The savings are the difference between your actual situation and your potential situation. This is calculated by the current yearly cost minus the potential cost plus the production enhancement. This gives you the amount of money that you are saving per year. In a classic ROI calculation, your production income would be considered in the calculation. Since introducing a robot cell does not generate increased income, but rather savings, this is the data that will be used. 

Savings= Yearly Cost [$] - Potential Scenario [$] + Production Enhancements [$]

Example: Savings = $125,000 - $63,000 + $0

Savings = $62,000


Finally to know how long it's going to take for your investment payback, you only need to divide the investment by the savings. 

ROI = Investment [$] / Savings [$] = Moment the investment is repaid [years]

Example: ROI= $49,100 / $62,000 = 0.8 years

Since the return on investment is done within a year, you can calculate this into months (0.8 years * 12 months/years) = 9.6 months. After the 9.6 months your return for the robot investment can be added to your bottom line as profit, hurray! Now this is why investing in robots is crucial, increased profits and keeping employment at home. Win – Win!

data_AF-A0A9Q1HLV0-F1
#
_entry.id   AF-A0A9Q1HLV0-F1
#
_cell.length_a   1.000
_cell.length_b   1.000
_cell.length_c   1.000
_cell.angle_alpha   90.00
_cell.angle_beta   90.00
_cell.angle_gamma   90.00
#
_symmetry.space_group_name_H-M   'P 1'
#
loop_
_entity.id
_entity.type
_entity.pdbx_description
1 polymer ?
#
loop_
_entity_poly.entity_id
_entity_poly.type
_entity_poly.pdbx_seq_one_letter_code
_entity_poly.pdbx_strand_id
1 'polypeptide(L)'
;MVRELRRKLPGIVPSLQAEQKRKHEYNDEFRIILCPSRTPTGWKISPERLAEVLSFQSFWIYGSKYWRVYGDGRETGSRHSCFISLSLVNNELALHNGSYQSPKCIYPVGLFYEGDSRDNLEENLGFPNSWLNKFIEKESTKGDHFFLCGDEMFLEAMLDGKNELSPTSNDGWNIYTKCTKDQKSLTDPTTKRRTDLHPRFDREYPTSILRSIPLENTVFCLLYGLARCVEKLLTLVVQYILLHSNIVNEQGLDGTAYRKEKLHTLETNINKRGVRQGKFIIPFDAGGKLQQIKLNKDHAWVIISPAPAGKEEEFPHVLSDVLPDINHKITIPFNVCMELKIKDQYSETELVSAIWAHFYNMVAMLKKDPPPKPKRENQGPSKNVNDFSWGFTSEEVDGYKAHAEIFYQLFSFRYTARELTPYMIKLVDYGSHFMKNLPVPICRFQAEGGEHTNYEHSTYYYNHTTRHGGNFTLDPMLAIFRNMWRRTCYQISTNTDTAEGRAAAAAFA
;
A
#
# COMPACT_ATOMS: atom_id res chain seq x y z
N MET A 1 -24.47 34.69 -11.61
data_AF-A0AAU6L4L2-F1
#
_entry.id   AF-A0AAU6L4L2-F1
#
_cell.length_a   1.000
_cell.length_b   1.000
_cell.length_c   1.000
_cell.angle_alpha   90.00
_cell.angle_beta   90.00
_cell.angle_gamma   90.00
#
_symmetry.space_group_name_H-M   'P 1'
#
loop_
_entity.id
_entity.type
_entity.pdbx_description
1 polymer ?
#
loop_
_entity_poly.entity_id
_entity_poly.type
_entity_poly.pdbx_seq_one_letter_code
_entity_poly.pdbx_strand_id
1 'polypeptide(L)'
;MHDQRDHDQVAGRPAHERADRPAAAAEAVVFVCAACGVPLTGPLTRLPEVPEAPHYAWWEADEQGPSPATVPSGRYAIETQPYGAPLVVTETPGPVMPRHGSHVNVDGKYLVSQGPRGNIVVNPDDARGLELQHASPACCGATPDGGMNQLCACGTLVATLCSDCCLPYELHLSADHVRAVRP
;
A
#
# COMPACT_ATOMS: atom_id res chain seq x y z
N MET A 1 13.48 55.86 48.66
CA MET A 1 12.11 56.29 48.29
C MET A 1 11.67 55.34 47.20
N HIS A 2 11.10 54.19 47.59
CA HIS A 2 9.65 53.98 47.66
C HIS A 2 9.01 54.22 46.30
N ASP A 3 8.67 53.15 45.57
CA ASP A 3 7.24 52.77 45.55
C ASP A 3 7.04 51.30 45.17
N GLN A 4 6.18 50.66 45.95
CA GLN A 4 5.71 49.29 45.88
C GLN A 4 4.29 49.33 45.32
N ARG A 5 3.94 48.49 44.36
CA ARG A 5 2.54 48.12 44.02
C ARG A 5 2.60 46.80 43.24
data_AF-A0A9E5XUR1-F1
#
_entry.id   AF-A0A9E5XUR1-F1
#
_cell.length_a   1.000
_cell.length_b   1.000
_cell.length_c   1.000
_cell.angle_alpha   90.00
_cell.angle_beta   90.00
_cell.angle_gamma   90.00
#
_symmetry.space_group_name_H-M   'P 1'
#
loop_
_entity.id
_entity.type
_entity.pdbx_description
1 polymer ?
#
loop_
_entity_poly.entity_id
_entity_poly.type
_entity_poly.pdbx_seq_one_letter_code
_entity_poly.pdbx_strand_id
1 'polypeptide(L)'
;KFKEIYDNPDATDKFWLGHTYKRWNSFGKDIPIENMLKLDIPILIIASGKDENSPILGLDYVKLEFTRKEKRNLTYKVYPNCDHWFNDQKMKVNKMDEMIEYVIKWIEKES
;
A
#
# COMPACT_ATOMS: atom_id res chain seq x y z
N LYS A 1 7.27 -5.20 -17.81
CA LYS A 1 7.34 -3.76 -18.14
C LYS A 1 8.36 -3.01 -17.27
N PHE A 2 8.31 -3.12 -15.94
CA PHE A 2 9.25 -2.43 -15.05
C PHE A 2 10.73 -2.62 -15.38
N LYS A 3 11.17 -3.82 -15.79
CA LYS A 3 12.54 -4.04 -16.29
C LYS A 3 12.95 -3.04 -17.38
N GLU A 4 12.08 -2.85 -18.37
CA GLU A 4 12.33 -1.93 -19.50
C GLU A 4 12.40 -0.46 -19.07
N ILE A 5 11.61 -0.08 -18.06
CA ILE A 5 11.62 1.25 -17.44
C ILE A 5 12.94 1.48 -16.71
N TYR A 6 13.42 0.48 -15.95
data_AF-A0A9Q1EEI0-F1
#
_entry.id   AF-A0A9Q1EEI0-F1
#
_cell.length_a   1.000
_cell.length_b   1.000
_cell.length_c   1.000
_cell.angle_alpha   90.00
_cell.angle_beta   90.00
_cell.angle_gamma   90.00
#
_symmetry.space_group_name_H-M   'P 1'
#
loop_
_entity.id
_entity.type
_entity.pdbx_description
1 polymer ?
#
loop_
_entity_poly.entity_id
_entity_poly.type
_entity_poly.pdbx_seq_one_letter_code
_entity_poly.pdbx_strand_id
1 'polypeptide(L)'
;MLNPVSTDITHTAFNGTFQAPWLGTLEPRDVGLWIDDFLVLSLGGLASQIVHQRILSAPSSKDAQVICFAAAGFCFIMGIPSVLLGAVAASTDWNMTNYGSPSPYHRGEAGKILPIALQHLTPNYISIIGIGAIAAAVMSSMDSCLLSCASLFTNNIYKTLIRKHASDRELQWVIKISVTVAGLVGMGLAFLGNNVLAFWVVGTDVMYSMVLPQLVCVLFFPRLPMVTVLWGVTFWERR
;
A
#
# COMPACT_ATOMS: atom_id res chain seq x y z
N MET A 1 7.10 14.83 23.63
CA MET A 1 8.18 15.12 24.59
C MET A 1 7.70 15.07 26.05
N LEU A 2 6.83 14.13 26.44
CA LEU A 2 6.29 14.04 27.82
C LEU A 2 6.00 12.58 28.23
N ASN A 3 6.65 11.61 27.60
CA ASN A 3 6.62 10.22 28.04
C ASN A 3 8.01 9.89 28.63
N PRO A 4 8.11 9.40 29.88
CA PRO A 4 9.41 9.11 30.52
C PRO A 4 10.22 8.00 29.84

This article was about the calculation of the return on investment for a robotic cell. In other words, how to calculate the time before your investment is completely paid off due to the savings difference that has accumulated from your robotic production improvements. If the different steps have been followed correctly, your ROI should now be calculable. If you want to dig a little deeper into your ROI analysis, we have put together a calculator to help you analyze a wider range of parameters. This will help you confirm your hypothesis and refine your calculations.


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Mathieu Bélanger-Barrette
Mathieu is a production engineer at Robotiq, where he constantly strives to optimize the production line for Robotiq Grippers. He enjoys discovering new robotic applications and sharing what he learns on Robotiq's blog.